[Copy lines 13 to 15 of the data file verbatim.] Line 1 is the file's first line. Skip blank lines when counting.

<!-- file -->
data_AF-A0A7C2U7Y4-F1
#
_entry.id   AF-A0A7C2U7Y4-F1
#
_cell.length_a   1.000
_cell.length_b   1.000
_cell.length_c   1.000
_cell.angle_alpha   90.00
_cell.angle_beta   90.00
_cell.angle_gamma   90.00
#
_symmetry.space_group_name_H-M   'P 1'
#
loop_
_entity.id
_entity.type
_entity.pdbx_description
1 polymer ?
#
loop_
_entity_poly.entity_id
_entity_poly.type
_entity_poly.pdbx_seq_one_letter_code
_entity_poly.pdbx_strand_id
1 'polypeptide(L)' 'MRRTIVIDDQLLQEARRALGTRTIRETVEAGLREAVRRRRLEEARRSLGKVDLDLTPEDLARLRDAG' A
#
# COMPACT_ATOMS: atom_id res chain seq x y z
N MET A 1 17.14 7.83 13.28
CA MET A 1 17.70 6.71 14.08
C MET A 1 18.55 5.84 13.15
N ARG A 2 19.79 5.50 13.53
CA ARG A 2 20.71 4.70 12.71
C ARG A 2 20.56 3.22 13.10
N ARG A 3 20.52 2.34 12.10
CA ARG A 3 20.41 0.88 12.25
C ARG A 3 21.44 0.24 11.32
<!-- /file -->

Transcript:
#
loop_
_entity.id